What Is Herpangina?

Medically Reviewed by Robert Brennan on June 30, 2023
4 min read

Herpangina is a common childhood illness caused by a Coxsackie virus.

Herpangina is a common virus that causes sores in the mouth. It is a highly contagious disease that usually affects small children from 3 to 10 years of age, though teenagers and adults can also get it. ‌

Children usually are exposed to the virus at school or daycare, and it’s most common in the summer and fall. In tropical countries, your children can get herpangina all year round. 

Newborn babies, pregnant women, and people who are immunocompromised can get herpangina and are at risk for getting a serious infection.‌

For most people, herpangina is a mild and self-limiting disease. This means it will go away on its own after some time. 

Herpangina is caused by a virus. The most common viruses responsible include:

Herpangina is spread through respiratory droplets, saliva, directly touching fluid from a sore, or through stool. You can get the virus from someone who is sick with herpangina and coughs, sneezes, shouts, or sings near you. 

Symptoms of herpangina can vary depending on which virus causes the infection. Some children with herpangina don’t have any symptoms. ‌

Herpangina usually shows up two to five days after you’ve been exposed to the virus. Symptoms include:

  • White blister-like bumps in the back of the throat or on the roof of the mouth, tonsils, uvula, or tongue
  • Sudden fever
  • High fever
  • Sore throat
  • Headache
  • Neck pain
  • Loss of appetite
  • Drooling
  • Fussiness
  • Dehydration‌

Depending on the type of virus, some children also have symptoms like throwing up, muscle weakness, and trouble breathing. Older children might also have back pain.

Fevers tend to last 3 to 6 days and are sometimes very high. Rarely, this can cause a seizure called a febrile seizure

Hand, foot, and mouth disease and herpangina are related. Both diseases are caused by the Coxsackie virus, but herpangina only causes mouth sores. People who have hand, foot, and mouth disease have herpangina as well as sores on the soles of their feet and their palms. 

Your doctor will take your child's personal history and do a physical examination. The sores look different from other infections or sores, so they can be easily identified. If it’s a mild infection, you might not need any tests or scans. 

Herpangina is treated by managing symptoms. The illness will be different depending on your child’s age and general health, and the severity of the infection. Since herpangina is a viral infection, antibiotics will not help.‌

Isolating. It’s best to keep your child home from school or daycare while they are sick. Children can go back to school once sores are gone and they are well. The illness usually lasts about a week.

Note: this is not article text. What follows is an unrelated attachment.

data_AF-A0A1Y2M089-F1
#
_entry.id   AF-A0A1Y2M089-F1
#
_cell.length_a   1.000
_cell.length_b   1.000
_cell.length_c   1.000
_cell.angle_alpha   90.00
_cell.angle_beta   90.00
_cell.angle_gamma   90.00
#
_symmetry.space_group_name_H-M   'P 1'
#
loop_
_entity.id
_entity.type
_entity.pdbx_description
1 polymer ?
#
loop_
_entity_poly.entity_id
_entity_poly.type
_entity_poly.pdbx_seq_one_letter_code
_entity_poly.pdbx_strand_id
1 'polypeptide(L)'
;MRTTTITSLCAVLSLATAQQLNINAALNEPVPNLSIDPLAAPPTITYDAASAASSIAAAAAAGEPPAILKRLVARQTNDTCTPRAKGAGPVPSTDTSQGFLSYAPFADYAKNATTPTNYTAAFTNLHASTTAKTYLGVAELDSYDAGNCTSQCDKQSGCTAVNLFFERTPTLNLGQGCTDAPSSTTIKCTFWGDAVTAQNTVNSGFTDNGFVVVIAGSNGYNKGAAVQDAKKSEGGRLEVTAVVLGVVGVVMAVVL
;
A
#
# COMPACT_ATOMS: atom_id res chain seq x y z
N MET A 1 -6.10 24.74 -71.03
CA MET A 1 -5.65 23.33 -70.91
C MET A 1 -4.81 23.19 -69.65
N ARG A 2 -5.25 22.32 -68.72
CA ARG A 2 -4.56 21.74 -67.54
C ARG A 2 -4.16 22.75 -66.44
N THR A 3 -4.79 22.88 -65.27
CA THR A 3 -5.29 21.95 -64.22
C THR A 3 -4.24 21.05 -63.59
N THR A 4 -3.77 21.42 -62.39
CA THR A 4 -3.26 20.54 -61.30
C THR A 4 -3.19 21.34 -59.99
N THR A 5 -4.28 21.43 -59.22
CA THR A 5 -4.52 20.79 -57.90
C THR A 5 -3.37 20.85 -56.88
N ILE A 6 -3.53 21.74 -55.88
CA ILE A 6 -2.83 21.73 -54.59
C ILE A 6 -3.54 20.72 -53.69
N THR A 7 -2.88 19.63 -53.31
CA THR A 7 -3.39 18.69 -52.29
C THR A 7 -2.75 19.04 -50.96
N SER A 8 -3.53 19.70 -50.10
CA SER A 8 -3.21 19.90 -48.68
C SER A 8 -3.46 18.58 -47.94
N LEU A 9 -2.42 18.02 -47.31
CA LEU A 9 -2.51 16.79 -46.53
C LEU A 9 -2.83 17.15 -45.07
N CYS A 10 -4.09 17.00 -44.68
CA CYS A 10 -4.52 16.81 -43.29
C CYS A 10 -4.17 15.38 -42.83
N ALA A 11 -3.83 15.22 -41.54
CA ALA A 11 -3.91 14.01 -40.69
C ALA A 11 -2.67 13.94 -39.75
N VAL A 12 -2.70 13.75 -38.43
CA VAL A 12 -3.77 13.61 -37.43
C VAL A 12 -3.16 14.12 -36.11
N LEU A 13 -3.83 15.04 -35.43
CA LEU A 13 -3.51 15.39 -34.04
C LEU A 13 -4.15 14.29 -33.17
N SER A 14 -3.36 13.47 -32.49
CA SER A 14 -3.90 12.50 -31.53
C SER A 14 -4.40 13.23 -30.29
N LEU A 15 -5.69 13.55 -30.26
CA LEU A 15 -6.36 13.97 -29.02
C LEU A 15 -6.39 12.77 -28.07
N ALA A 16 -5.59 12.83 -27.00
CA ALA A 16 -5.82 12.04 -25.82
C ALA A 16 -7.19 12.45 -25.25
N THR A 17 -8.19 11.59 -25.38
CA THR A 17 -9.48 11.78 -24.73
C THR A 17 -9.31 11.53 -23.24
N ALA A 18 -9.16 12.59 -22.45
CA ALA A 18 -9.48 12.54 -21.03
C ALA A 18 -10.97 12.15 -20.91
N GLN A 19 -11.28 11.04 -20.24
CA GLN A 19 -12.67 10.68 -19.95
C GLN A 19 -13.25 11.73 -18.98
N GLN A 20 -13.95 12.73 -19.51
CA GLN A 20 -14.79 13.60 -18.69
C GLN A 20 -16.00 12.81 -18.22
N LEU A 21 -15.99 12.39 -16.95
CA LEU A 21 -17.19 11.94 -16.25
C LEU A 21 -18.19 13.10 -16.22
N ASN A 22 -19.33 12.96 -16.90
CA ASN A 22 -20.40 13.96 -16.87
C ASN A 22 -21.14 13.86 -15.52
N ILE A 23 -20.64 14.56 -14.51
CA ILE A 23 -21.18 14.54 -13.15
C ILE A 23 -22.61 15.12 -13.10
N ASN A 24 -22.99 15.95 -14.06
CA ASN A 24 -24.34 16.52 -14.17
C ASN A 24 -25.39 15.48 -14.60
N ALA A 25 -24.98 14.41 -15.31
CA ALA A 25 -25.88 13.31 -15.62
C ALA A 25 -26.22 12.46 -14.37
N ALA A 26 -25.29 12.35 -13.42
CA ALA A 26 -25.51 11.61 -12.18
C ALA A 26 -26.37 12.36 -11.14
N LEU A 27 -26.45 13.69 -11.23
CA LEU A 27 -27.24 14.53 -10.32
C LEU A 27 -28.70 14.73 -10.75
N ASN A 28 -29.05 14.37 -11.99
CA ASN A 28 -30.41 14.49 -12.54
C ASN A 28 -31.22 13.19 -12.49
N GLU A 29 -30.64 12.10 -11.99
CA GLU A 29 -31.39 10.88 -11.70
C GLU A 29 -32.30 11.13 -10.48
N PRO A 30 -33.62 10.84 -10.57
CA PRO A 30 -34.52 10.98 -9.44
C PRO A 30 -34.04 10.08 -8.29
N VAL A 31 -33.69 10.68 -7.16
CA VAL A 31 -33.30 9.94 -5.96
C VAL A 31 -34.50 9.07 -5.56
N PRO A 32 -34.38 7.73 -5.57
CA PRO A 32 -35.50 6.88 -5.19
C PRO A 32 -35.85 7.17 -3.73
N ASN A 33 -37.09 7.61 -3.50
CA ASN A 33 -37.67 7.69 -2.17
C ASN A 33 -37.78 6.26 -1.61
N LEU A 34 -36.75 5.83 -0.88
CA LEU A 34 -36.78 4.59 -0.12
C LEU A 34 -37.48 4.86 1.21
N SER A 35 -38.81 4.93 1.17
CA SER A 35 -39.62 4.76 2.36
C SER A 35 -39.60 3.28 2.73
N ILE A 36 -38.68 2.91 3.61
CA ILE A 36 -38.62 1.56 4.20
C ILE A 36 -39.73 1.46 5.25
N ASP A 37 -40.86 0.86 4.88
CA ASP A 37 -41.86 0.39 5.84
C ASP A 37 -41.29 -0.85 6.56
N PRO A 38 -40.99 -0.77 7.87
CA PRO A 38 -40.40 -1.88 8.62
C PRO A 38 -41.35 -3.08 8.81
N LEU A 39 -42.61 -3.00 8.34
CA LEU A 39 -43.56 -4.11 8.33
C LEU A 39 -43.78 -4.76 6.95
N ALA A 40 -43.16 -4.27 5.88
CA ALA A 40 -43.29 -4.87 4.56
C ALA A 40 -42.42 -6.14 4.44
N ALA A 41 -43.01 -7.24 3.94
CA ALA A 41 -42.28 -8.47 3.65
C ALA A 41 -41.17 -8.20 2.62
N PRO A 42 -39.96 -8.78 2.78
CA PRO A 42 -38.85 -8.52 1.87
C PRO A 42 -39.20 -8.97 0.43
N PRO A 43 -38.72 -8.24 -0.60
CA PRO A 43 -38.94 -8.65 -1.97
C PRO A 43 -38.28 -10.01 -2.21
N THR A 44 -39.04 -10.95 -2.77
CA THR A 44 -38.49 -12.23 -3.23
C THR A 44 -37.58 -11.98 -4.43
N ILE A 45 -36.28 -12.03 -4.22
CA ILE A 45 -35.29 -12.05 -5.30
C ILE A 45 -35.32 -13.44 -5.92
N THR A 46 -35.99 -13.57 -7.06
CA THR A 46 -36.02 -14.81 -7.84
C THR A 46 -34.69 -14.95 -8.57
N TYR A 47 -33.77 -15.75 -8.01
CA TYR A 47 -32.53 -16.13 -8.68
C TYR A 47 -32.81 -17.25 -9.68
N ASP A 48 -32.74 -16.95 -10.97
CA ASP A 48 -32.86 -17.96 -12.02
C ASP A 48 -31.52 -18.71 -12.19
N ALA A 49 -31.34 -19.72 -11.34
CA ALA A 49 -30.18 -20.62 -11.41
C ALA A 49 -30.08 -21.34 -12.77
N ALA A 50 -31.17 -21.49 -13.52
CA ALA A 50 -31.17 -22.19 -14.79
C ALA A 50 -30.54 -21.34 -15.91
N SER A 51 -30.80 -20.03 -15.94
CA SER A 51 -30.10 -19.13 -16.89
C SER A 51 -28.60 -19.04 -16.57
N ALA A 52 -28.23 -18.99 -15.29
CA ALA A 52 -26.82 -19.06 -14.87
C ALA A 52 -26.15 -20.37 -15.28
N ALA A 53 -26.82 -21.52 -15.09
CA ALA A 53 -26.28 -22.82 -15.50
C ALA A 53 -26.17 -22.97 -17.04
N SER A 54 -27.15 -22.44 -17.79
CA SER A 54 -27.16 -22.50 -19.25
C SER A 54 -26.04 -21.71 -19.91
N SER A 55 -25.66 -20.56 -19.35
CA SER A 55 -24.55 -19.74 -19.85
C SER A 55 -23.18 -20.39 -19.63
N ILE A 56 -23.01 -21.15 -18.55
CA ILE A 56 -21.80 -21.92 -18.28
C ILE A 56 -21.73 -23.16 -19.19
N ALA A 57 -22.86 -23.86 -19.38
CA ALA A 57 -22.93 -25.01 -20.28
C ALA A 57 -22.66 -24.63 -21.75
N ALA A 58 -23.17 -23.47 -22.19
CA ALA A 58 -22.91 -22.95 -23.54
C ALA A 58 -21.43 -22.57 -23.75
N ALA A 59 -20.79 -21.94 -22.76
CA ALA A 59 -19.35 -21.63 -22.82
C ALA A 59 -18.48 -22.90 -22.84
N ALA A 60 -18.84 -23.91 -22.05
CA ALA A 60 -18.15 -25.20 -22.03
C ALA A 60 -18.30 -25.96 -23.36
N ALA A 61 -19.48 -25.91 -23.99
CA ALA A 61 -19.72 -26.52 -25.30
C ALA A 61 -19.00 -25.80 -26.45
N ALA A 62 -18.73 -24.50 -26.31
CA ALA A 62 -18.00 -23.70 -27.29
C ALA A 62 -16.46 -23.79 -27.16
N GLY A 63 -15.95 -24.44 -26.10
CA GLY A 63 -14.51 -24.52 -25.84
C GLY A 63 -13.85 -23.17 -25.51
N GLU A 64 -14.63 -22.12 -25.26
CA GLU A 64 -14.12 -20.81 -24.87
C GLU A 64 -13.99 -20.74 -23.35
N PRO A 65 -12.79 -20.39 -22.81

Drink lots of water. The mouth sores can be painful, and your child might not want to eat or drink. This can quickly lead to dehydration, so it’s important to make sure they drink plenty of water.‌

If your child has a high fever, this can worsen dehydration. You can give your child an electrolyte drink to help.

Healthy diet. Focus on a light, healthy diet with cool, soft foods and avoid anything hot or spicy. Some ideas include:‌

  • Unsweetened applesauce
  • Yogurt
  • Milk
  • Ice cream

Popsicles and ice chips can also help soothe the mouth and throat and help them get fluids.

Pain relievers. Over-the-counter pain relievers like acetaminophen or ibuprofen can help relieve pain and headaches. 

Mouth sprays. You can find mouth sprays, mouth wash, or gels that can help relieve pain from the sores. Throat lozenges can also help. Make sure your child is old enough to take a lozenge without choking. 

There are some home remedies that can help ease herpangina, too. 

Saltwater rinse. You can use a saltwater rinse after eating to cleanse the sores. 

Cold compresses.  A cool compress soaked with cool water can help with fevers and pain. You can place it on your child’s forehead or neck until the cloth turns warm and then resoak it in cool water. 

Herpangina rarely causes complications. Most cases are mild, and your child will usually get better within a week.

Sometimes some children get very sick with herpangina, though. Dehydration is the most common complication.‌

Rarely, some children who have the enterovirus 71 strain get other health problems. These can include:‌

  • Meningitis
  • Encephalitis
  • Muscular weakness
  • Seizures‌

If you or your child are very unwell with herpangina, see your doctor right away.